All You Need Is Love1976
All You Need Is Love: The Story of Popular Music is the name of a 17-part television documentary series on the history of modern pop music directed by Tony Palmer, originally broadcast worldwide between 1976 and 1980. The series covers some of the many different genres that have fallen under the "pop" label between the mid-19th century and 1976, including folk, ragtime, Tin Pan Alley, vaudeville and music hall, musical theatre, country, swing, jazz, blues, R&B, rock 'n' roll and others.
All You Need Is Love was born out of the reaction to his 1968 Omnibus episode on popular music called All My Loving which presented the music of the 1960s with no reference to the musical forms that preceded it. Around 1973, Palmer conceived of a 16-part documentary about American popular music which, after considerable shopping around, he convinced Bernard Delfont of EMI to bankroll. He proceeded to film over 300 interviews in approximately one million feet of film and was given access to archival footage of the same length. Instead of writing a script, he enlisted the help of a dozen or so subject matter experts who wrote 2000-word essays that became the narration for each part.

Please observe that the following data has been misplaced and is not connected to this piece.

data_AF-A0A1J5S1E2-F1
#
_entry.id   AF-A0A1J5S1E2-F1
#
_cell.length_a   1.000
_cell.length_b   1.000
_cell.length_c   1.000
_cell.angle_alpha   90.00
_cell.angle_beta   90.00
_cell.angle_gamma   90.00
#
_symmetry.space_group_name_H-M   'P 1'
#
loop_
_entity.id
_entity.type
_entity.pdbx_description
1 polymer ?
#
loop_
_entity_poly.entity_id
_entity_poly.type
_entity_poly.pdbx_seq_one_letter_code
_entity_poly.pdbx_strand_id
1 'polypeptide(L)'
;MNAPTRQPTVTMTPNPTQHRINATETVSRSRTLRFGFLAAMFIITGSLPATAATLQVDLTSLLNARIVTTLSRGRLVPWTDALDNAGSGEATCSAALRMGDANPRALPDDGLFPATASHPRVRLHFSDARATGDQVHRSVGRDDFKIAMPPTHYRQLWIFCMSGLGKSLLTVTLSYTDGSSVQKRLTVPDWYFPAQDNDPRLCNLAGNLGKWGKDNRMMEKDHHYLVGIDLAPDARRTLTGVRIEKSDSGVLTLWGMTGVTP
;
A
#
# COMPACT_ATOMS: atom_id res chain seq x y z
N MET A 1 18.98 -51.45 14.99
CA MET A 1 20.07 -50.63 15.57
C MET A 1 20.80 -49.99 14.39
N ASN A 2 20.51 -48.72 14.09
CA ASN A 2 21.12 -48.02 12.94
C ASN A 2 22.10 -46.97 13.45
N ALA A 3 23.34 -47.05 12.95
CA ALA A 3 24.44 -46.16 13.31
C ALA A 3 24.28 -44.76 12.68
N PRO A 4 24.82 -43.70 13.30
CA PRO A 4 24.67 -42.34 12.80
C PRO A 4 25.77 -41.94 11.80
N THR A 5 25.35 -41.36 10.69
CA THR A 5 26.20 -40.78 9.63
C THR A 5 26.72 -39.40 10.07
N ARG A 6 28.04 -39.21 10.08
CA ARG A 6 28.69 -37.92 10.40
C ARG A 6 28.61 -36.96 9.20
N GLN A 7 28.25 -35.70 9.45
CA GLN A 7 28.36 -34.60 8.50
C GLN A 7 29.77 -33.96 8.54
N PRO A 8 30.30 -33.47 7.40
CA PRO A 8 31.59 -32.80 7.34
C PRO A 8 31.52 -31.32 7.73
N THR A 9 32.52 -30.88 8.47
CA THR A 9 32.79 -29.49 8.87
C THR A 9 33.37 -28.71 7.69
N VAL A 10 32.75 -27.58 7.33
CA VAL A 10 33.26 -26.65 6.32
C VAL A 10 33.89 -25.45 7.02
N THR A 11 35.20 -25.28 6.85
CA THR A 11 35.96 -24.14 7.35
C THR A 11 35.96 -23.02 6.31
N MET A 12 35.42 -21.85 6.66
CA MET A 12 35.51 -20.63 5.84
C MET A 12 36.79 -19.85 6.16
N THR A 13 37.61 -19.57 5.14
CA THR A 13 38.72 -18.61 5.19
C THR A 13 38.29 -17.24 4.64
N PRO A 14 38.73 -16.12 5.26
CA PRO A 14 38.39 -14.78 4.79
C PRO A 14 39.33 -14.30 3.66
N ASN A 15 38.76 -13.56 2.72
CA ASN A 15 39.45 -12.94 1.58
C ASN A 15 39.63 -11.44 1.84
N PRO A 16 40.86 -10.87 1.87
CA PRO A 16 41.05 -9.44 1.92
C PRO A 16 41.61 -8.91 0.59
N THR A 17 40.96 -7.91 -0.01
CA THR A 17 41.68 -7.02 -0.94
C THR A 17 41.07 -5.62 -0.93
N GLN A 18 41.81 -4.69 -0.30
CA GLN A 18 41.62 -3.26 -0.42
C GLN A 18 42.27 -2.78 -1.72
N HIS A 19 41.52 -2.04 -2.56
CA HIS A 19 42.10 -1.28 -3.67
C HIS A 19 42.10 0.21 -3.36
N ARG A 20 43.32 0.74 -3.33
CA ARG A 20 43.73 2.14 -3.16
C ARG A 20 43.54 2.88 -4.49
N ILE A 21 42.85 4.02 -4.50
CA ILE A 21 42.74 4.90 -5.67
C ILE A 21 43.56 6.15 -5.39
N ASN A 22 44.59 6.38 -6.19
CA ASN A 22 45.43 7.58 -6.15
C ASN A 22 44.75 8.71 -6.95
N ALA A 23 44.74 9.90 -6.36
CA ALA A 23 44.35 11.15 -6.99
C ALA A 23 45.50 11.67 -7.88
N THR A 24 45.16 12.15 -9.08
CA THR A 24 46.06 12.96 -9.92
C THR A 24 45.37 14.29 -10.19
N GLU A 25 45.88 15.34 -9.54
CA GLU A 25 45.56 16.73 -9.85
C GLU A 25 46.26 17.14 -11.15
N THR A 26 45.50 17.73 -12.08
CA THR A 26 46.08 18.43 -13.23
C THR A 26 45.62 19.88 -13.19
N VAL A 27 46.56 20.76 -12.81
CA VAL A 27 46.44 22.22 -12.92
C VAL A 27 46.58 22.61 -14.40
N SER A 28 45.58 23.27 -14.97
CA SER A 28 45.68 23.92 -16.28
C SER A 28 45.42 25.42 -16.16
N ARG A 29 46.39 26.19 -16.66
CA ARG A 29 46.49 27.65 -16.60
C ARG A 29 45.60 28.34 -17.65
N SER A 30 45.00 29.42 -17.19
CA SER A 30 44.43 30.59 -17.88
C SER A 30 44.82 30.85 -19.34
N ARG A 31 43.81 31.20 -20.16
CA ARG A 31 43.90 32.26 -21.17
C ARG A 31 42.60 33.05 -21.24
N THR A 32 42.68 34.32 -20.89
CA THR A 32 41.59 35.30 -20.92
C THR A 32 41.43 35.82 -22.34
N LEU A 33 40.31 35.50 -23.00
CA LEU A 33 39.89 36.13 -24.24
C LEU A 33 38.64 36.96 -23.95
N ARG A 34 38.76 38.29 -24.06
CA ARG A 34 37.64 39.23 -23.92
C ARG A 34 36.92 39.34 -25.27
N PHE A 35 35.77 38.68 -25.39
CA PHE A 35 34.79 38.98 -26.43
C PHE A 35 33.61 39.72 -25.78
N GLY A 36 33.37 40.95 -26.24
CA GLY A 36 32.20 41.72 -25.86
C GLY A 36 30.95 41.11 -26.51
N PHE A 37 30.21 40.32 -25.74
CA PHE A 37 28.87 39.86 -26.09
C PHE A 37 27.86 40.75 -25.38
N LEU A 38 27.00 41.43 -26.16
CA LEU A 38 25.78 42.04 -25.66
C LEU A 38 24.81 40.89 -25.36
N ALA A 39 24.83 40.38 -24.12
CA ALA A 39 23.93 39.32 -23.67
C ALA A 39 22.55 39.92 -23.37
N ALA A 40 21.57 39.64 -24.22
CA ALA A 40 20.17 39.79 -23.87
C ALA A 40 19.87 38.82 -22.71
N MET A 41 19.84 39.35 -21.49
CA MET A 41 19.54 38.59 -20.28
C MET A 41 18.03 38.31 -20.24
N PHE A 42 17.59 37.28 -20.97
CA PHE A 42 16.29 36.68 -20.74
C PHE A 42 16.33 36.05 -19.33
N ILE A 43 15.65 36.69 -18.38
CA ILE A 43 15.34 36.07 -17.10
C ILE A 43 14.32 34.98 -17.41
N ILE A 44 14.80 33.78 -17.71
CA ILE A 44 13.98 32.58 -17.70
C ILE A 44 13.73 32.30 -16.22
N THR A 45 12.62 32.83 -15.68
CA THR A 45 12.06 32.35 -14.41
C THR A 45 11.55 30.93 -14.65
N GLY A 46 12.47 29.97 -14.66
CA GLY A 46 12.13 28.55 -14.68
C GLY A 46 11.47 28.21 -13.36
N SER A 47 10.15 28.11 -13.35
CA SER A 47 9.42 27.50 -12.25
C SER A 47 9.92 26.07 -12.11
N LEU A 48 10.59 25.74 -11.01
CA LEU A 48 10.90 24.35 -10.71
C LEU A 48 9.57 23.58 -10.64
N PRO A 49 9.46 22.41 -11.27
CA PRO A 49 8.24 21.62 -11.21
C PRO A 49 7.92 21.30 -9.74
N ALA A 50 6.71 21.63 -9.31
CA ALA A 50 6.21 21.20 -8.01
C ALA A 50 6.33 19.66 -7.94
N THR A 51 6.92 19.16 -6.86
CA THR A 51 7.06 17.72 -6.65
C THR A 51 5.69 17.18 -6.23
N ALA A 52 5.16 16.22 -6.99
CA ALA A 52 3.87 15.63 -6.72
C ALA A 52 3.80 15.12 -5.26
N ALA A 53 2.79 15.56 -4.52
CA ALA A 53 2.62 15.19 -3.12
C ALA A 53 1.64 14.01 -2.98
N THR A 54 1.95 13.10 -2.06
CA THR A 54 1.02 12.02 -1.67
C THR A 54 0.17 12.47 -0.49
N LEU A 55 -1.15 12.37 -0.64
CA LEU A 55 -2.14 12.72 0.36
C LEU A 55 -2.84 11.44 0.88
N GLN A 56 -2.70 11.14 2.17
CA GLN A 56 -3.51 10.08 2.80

John Lennon was a friend and mentor to Palmer during the production of the series, and its title is taken from the Lennon-penned 1967 Beatles song, "All You Need Is Love". Although punk rock had entered the pop music scene while the series was being constructed, Palmer was refused the funding and time to include the genre in All You Need Is Love.
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